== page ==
E-commerce business, one of the growing markets for the packaging industry, has seen a big sales boost since coronavirus hit

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Coronavirus was declared a pandemic by the World Health Organisation on 11 March 2020 (Credit: Flickr/NIH)

The coronavirus (Covid-19) pandemic has had a huge impact on businesses across the globe, and the packaging industry is no exception. 

The virus has already hit the retail supply, with disruption starting to slow the shipment of goods. 

Analysts predict that, if the situation persists, it could end up depressing the Christmas season, where many retailers make the most of their profits. 

Alongside this, major users of reuse schemes have decided to temporarily suspend operations — amid fears of spreading the virus to customers. 

Some sectors could, however, see a boost in trade.

The e-commerce marketplace is already seeing a big increase in business, after the implementation of self-isolation policies by governments across the globe.   

From e-commerce to reuse schemes, we look at how the packaging industry could be impacted by Covid-19.

 

Cardboard, plastic and copper could transmit coronavirus

Alongside ongoing research to find a vaccine for the virus, scientists have been investigating how coronavirus can spread. 

The US National Institutes of Health (NIH) has conducted a study to find out how long the disease can survive on a range of surfaces. 

As part of the test, researchers compared Covid-19 to SARS — another deadly virus that’s part of the same family. 

Working alongside scientists from UCLA, Princeton University and the Centers for Disease Control and Prevention, the NIH study discovered both diseases were detectable for up to 72 hours on plastic and stainless steel surfaces.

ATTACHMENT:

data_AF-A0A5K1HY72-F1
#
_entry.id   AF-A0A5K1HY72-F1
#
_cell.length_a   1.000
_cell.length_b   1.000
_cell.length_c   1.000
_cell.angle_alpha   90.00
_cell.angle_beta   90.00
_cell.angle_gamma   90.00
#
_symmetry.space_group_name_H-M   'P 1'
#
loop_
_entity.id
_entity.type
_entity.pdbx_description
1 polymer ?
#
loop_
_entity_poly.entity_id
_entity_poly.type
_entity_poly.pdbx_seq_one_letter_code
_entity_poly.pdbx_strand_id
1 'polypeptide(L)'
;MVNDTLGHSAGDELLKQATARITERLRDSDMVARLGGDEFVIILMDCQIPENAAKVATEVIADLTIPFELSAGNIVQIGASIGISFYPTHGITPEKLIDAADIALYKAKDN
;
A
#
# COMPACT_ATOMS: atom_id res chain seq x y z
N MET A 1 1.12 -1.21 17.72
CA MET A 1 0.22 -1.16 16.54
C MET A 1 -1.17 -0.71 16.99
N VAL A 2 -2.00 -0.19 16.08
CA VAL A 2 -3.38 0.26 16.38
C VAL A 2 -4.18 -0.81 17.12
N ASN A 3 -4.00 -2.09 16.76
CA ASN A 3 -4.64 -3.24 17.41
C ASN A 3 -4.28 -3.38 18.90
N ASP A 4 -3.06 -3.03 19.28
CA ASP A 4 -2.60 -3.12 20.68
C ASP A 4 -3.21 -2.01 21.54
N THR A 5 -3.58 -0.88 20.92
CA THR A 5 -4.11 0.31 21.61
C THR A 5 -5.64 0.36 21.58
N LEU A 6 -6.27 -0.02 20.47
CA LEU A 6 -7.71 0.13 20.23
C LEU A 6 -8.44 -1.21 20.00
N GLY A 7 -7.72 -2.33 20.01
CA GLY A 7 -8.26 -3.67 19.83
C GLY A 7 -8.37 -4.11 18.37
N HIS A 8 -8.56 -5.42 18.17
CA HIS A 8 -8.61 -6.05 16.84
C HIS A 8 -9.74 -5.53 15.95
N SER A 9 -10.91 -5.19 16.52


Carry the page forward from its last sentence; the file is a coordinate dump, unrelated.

coronavirus packaging industry
The NIH study discovered that Covid-19 was detectable for up to 72 hours on both plastic and stainless steel surfaces (Credit: Pxfuel)

On copper, there was no viable Covid-19 measured after four hours, half the time it took for SARS to dissipate from the same material.

As for cardboard, the SARS virus wasn’t registerable after eight hours, while Covid-19 persisted for a day. 

According to medical not-for-profit, the Mayo Clinic, viruses generally remain active longer on stainless steel, plastic, and similar hard surfaces than on fabric and other soft surfaces. 

Other factors can also determine how long cold and flu viruses can stay active outside the body, including the amount deposited on a surface, along with temperature and humidity. 

 

Reusable packaging schemes cancelled

Whether it’s reusable coffee cups and bottles or refillable food systems in supermarkets, reusable packaging schemes have become popularised in recent years. 

And with businesses such as Loop and Splosh allowing consumers to reuse their packaging at home, the market was beginning to flourish. 

But due to fears of spreading Covid-19, some companies have decided to cancel such schemes.

In the earlier part of March, Starbucks announced it would temporarily ban reusable cups in its stores in the UK, US and Canada. 

The coffee chain did say customers would receive a 25p discount for bringing their cups with them, but the drink would be served in a single-use container. 

coronavirus packaging industry
In the earlier part of March, Starbucks announced it would temporarily ban reusable cups in its stores in the UK, US, and Canada (Credit: Pixabay)

Speaking to the BBC at the time, Starbucks’ spokesman in Europe, Robert Lynch, said: “Out of an abundance of caution, we are pausing the use of personal cups or tumblers in our stores across the UK. 

“However, we will continue to honour our 25p discount for anyone who brings in a personal cup.”